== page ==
>> two different levels in the method call hierarchy, e.g. 
>> getSupportedAnnotationTypes() and arrayToSet(). This isn't necessarily a 
>> problem, but it does make me pause to try to think about what it means.
> Yes; the is-initialized check should be done using the isInitalized method as 
> done elsewhere in the class; needed update made in
>      http://cr.openjdk.java.net/~darcy/8146726.6/
>> Another flag is 'stripModulePrefixes' (parameter to arrayToSet()) and its 
>> dependent local variable 'stripped' which is set if anything was actually 
>> stripped from this element. These make arrayToSet() a bit of a puzzle for me. 
>> I think the following are true:
>> 1) if we aren't stripping module prefixes, we'll issue a warning on any 
>> duplicates.
>> 2) if we are stripping module prefixes, we won't issue a warning if a prefixes 
>> was stripped from this element.
>> My first inclination is to think that there are really two different 
>> arrayToSet() methods wanted here. The first doesn't strip and may issue 
>> warnings, and the second does strip and doesn't issue warnings. It seems to me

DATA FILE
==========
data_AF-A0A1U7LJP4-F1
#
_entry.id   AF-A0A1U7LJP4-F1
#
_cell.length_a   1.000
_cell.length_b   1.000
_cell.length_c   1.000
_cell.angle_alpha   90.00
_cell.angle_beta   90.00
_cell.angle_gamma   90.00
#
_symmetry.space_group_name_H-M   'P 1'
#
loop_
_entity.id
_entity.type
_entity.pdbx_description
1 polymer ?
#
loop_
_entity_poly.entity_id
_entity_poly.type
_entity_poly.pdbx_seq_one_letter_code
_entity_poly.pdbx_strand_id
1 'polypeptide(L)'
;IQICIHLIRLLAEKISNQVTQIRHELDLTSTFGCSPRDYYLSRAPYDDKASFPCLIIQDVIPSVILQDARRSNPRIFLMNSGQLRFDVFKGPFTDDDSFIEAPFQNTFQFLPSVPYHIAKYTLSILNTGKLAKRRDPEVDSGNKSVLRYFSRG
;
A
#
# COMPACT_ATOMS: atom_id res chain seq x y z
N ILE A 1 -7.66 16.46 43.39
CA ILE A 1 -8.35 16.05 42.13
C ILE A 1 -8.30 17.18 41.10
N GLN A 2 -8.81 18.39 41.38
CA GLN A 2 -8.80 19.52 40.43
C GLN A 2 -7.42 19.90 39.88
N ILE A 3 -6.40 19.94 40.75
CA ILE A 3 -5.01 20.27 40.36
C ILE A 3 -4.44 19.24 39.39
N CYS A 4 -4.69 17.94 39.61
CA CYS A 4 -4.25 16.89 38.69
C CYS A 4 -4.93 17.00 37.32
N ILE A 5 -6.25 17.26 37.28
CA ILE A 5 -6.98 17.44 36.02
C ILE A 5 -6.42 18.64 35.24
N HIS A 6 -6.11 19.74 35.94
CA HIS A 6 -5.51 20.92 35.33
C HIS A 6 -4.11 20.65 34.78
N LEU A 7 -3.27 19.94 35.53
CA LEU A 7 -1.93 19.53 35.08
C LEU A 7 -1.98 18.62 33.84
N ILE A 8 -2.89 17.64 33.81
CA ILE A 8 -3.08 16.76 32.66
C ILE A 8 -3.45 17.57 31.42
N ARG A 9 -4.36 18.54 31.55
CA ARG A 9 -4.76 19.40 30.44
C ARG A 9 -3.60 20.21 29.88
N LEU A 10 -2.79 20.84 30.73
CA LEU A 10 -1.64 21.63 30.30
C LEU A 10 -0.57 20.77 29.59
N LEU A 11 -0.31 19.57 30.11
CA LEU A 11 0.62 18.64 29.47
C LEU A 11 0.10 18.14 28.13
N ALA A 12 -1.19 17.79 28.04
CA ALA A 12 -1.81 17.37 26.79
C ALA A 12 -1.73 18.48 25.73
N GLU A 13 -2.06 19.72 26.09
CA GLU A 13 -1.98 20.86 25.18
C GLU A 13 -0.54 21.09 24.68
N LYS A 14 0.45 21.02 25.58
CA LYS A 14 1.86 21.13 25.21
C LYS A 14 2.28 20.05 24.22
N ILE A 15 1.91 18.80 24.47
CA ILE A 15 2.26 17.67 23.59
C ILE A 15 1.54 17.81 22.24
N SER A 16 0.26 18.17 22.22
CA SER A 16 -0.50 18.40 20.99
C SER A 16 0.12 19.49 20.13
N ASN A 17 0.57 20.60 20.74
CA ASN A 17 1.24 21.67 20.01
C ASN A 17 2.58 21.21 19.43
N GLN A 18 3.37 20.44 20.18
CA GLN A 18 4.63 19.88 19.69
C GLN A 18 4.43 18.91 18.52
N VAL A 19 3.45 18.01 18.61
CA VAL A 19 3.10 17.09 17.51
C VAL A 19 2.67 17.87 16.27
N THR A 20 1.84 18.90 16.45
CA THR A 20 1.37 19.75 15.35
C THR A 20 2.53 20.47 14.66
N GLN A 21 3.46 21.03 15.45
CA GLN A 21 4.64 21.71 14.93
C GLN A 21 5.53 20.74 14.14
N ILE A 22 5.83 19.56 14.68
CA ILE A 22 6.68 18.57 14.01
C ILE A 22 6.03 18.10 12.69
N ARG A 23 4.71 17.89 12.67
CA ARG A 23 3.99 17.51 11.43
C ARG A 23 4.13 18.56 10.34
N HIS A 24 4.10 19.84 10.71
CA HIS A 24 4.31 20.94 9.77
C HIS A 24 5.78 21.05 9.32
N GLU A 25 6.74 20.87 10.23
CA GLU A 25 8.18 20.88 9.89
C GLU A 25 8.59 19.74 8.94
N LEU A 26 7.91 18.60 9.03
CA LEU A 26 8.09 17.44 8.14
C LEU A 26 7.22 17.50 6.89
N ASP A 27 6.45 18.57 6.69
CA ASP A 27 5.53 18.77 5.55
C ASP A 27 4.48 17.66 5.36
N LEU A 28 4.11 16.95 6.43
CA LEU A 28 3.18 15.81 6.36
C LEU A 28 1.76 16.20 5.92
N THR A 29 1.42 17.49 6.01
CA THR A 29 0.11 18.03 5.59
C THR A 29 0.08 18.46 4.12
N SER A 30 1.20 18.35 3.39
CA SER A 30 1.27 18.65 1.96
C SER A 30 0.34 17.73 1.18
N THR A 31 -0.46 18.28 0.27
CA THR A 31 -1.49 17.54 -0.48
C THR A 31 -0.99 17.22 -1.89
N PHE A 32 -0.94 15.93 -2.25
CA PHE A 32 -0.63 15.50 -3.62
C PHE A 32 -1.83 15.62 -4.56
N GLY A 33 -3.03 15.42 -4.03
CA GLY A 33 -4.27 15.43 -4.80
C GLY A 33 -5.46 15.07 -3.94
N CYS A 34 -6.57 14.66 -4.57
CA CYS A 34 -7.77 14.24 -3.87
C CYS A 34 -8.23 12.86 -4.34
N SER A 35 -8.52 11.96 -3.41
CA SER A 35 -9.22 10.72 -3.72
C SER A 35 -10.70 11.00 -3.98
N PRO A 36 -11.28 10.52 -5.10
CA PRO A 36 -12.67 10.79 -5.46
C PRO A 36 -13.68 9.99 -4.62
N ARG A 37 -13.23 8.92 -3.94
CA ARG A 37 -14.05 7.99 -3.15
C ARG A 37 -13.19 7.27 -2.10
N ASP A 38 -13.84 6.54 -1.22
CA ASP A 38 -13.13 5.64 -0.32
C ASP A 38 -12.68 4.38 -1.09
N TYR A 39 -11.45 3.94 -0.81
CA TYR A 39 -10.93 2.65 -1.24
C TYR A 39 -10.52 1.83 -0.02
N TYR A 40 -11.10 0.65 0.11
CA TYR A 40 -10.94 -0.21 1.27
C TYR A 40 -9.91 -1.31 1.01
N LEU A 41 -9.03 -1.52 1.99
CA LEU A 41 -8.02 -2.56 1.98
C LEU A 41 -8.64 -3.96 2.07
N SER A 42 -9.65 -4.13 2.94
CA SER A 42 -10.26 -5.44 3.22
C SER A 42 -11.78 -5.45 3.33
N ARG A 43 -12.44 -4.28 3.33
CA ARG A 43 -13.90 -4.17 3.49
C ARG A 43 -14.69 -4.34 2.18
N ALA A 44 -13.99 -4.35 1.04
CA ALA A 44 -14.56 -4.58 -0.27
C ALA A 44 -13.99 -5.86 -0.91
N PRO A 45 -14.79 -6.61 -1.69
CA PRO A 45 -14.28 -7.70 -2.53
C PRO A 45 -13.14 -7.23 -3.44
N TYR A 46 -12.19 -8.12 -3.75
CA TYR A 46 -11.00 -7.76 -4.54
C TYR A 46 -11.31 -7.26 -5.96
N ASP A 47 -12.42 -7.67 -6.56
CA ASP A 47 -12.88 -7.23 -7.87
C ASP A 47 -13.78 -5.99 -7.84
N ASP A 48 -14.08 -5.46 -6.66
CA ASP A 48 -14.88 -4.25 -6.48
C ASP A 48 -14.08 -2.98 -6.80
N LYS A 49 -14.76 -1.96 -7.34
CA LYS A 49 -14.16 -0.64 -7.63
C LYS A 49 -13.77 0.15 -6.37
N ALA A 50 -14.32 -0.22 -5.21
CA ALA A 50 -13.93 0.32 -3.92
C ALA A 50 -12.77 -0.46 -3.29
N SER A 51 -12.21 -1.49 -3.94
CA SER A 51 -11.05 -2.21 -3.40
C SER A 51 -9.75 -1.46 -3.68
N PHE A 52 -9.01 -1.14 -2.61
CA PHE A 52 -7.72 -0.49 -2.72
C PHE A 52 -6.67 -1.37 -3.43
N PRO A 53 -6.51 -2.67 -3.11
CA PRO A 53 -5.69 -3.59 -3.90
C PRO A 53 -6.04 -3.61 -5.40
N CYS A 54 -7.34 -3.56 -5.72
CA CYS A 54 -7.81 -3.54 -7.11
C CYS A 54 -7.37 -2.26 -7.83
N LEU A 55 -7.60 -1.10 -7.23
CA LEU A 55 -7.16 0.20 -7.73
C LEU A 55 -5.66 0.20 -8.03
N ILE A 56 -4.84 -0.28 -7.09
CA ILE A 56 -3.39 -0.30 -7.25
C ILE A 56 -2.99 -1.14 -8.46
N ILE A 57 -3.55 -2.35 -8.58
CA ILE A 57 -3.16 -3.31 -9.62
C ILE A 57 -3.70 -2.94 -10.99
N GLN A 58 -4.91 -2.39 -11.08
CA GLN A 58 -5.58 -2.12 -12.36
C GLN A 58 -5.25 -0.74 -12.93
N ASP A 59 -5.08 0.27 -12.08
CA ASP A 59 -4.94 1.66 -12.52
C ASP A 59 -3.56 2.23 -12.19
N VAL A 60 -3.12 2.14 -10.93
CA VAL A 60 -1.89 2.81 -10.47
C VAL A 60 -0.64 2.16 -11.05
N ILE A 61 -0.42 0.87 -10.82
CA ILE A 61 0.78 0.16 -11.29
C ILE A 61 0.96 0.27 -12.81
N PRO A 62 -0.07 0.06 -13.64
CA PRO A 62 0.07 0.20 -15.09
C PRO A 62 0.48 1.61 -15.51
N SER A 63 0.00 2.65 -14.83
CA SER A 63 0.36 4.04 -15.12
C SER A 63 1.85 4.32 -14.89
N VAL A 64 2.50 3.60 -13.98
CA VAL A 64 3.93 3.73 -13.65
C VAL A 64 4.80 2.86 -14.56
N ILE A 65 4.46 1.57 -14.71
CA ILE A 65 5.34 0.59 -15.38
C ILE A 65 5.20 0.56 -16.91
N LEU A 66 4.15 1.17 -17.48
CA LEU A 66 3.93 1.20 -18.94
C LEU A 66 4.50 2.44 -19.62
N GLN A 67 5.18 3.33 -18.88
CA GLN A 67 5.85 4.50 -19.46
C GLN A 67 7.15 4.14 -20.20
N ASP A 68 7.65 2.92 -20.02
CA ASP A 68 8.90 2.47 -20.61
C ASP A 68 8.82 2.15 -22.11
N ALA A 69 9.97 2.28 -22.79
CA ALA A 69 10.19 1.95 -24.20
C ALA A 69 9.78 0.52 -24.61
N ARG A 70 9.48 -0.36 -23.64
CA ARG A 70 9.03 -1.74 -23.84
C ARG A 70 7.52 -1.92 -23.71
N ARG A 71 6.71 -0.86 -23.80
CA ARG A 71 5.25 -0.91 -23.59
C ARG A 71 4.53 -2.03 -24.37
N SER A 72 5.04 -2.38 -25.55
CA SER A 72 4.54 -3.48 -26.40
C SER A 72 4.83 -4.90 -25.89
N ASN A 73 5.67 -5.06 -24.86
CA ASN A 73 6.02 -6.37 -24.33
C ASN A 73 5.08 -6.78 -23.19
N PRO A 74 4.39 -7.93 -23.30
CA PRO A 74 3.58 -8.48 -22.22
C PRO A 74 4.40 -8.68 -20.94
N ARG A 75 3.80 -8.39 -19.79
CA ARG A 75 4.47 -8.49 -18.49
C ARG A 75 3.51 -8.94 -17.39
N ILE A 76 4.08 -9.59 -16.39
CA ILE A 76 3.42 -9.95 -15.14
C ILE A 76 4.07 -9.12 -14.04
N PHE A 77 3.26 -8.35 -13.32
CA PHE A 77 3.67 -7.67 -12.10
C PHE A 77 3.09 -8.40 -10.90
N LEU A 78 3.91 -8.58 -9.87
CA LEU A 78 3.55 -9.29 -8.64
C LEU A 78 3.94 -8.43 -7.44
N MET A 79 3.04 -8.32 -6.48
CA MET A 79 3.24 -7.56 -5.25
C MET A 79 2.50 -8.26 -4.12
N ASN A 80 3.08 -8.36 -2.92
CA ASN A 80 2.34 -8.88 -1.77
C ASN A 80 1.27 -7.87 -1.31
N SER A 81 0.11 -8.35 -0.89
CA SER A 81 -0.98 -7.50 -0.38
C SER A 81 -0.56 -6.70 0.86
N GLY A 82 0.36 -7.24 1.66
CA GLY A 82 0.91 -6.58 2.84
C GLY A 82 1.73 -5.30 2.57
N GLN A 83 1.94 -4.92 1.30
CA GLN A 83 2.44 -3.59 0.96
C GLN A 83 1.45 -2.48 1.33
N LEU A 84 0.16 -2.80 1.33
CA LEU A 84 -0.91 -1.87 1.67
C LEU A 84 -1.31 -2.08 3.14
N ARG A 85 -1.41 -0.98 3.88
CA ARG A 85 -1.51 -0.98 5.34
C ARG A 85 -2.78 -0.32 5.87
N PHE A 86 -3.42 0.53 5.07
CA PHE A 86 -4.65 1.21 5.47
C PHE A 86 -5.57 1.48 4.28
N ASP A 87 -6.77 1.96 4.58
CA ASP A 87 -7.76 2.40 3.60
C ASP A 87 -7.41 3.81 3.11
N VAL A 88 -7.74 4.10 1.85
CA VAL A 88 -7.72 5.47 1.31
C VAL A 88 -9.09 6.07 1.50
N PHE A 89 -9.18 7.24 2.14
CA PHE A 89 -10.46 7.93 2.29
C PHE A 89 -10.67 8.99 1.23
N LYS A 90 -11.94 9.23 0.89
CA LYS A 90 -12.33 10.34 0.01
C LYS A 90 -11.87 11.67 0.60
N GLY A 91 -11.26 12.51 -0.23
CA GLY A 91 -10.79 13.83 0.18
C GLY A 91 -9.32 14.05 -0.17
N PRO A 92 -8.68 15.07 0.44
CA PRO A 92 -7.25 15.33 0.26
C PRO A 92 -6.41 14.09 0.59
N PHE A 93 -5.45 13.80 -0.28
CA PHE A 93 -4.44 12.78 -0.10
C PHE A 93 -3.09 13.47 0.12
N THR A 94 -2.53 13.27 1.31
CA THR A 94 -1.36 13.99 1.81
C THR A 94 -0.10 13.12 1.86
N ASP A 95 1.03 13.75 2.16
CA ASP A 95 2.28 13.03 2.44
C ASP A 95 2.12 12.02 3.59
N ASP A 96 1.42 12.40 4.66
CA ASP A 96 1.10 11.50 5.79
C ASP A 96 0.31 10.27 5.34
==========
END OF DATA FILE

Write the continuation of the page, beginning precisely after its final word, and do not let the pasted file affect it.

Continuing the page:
>> that two separate methods might be simpler than one bigger method with a bunch 
>> of flags.
>> But that's not what the current implementation does. However, the current 
>> implementation doesn't quite make sense to me either. For example, the comment 
>> says that if module names are stripped, warnings aren't issued because they'd 
>> be spurious if the array is ["foo/a.B", "bar/a.B"]. However, I'm not sure this 
>> logic makes sense. It seems to me that if the array is
>>     ["a.B", "foo/a.B"]
>> then no warning is issued, but if the array is
>>     ["foo/a.B", "a.B"]
>> the a warning is issued. Am I reading this correctly, and is this the right 
>> behavior?
> A bit of background on the intention of the AbstractProcessor class. The class 
> was a major usability improvement added in JSR 269 over the apt API . The 
> AbstractProcessor class provides a convenient "JDWIOWTD" - just do what I 
> obviously want to do - approach for common processor tasks. Of most relevance 
> here, it allows annotations on the processor class to succinctly indicate which 
> annotation types and options the processor supports.
> The semantics of the improved warnings in supported options proposed in this 
> change is straightforward: is there are any repeated elements in the array 
> retrieved from the annotation (and a messager to report a warning is available), 
> report that an element is repeated.